Snow is melting on the windshield, streaming downwards in angry, hot streams.
Staring in the frigid silence, I watch the wiper-blades do their duty.
I am doing my duty. I wouldn't wish it otherwise. I do wish that it were Jenna sitting here, driving to the church for her wedding, not mine.
I had liked Ethan. She had loved him.
Now he was left to raise their son, Dylan, alone.
It wasn't fair to any of us. Not to Ethan, to lose his true love. Not to Dylan, to lose his precious mother. Not to me, to lose my dearest friend, my twin sister.
Weeks before, I wondered what had possessed her to venture out in the darkened night. It was winter, of course, the roads were lined with slick, muddy slush.
It was too cold, too dark, but she told Ethan she'd be right back.
Minutes turned to hours that led to frantic phones and more ventures onto the icy roads. The end result was flashing ambulance lights and news no one wanted to hear.
The words were patchy, the meaning unclear, but the bundle the police officer holds somehow resembles baby Dylan.
"...car ran off the road..."
"...there was nothing we could do..."
"...I'm so sorry for your loss..."
The infant wails of an unharmed son, mingle with the sobs of a broken father.
I am standing in the hallway when I hear. The shock numbs me slowly when the news begins to make sense.
I was on my way to the art gallery, but hadn't left as yet, my lucky pastels were missing and I didn't want to leave without them.
My presence was not missed that night, as I did not go to the gallery after all.
The evening was spent cocooned inside my sister's afghan, crying over the birthday tea cup she'd gifted me.
The loss is mine more than anyone else's. Jenna was more than a sister. She was my dearest friend, the one who would share her last chocolate coin, who covered for my off-key voice and lent me her best sweaters.
Friday night was beauty night for us sisters. She taught me to use an eyelash curler and how to walk in heels. I did her nails and hair.
I guess it's only fitting that I continue her dream.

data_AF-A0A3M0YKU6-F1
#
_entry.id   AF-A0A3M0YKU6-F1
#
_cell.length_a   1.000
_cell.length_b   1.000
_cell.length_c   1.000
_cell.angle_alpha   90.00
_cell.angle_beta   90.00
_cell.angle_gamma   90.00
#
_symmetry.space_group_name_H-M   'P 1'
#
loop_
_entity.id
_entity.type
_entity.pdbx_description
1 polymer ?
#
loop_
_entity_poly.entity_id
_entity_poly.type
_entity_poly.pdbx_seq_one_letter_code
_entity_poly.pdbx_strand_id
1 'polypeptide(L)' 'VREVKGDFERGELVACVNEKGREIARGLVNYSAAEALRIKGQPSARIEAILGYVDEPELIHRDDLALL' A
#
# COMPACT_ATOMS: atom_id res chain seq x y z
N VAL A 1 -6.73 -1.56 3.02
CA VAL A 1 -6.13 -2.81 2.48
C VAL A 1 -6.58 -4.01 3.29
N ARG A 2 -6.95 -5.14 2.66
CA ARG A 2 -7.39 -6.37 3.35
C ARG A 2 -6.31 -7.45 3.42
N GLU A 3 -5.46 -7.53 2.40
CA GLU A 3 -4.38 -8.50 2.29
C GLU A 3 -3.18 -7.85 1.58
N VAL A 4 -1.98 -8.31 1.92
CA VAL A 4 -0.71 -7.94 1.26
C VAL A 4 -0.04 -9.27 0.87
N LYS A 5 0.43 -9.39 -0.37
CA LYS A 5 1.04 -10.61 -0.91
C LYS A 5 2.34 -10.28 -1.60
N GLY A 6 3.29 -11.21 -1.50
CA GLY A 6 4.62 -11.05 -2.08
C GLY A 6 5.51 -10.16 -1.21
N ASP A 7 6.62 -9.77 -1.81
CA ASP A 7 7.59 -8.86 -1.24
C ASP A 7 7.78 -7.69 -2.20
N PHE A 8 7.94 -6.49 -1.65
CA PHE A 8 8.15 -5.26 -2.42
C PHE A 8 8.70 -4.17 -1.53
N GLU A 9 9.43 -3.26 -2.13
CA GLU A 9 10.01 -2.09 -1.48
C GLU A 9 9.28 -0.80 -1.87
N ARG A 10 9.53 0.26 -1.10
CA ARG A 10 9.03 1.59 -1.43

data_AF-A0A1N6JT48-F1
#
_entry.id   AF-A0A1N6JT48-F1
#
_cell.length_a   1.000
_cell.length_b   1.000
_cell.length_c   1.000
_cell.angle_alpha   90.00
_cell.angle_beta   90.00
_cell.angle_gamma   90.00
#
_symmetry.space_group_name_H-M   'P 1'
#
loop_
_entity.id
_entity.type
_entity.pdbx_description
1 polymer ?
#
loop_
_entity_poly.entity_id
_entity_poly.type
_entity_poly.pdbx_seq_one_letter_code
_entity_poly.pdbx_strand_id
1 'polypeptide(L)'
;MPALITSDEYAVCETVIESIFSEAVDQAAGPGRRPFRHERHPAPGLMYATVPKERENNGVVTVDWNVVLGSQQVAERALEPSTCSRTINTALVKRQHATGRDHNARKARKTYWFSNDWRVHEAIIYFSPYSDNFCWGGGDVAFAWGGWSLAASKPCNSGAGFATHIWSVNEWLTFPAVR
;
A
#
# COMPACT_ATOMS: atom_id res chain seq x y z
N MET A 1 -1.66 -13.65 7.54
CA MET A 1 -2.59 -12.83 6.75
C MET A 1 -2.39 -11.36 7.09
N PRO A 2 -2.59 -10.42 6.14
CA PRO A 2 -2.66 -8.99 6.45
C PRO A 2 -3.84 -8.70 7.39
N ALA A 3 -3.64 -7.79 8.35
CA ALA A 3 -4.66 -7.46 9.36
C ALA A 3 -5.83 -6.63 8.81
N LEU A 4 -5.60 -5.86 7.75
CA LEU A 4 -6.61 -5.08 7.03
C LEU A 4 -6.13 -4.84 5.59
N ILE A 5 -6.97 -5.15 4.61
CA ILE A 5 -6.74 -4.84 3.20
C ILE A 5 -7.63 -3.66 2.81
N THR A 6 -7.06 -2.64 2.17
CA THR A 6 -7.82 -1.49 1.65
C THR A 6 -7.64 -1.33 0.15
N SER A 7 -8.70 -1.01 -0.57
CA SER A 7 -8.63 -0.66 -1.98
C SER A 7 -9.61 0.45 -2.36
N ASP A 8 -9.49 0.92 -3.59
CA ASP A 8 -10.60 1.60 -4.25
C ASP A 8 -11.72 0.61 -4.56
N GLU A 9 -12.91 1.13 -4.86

A few months afterwards, while we were all recovering the package arrived. Smudged, mysterious and wrapped in brown.
A handwritten note apologized for an error unknown. I opened the package to find a worn set of pastels with my address label on front.
My lucky set.
Someone had forgotten to put it in the box with the remains of the car's contents.
My mind returnd to the morning of her 'fateful' day. I had begged to draw her portrait, she willingly complied.
I must have left my pastels when Mummy phoned over. Daddy just had a heart attack, would I hurry and go?
Jenna couldn't leave Dylan, so I went instead. I've never finished her portrait, it hangs right over my bed.
In trying to help me live my dream, you lost yours instead.
I kept tabs on Ethan and watched Dylan too. Jenna, your knight in shining armor, became a silent prince.
I know I'll never replace you, Jen, I would never try. I miss you like the mountain lights crave the morning sigh. Our families met sometime last week to seal my fate with yours.
They didn't question, nor try to discourage and for some reason, this feels right.
Jenna, dear, I miss you so, on my wedding day! I promise to look after Ethan and care for Dylan too. I know they were your angels, I shall try to make them mine as well. I'll try to smile and remember you, as I say "I do."
Your wedding ring, I cannot wear, but I'll keep it on a chain, close to my heart. The ceremony won't be fancy, just something simple and quiet.
The car is stopping.
We've reached the wedding chapel.
Sara Harricharan is a young Christian woman with a passion for writing for the Lord through faith-filled Science Fiction/Fantasy stories and pure words. www.fictionfusion.blogspot.com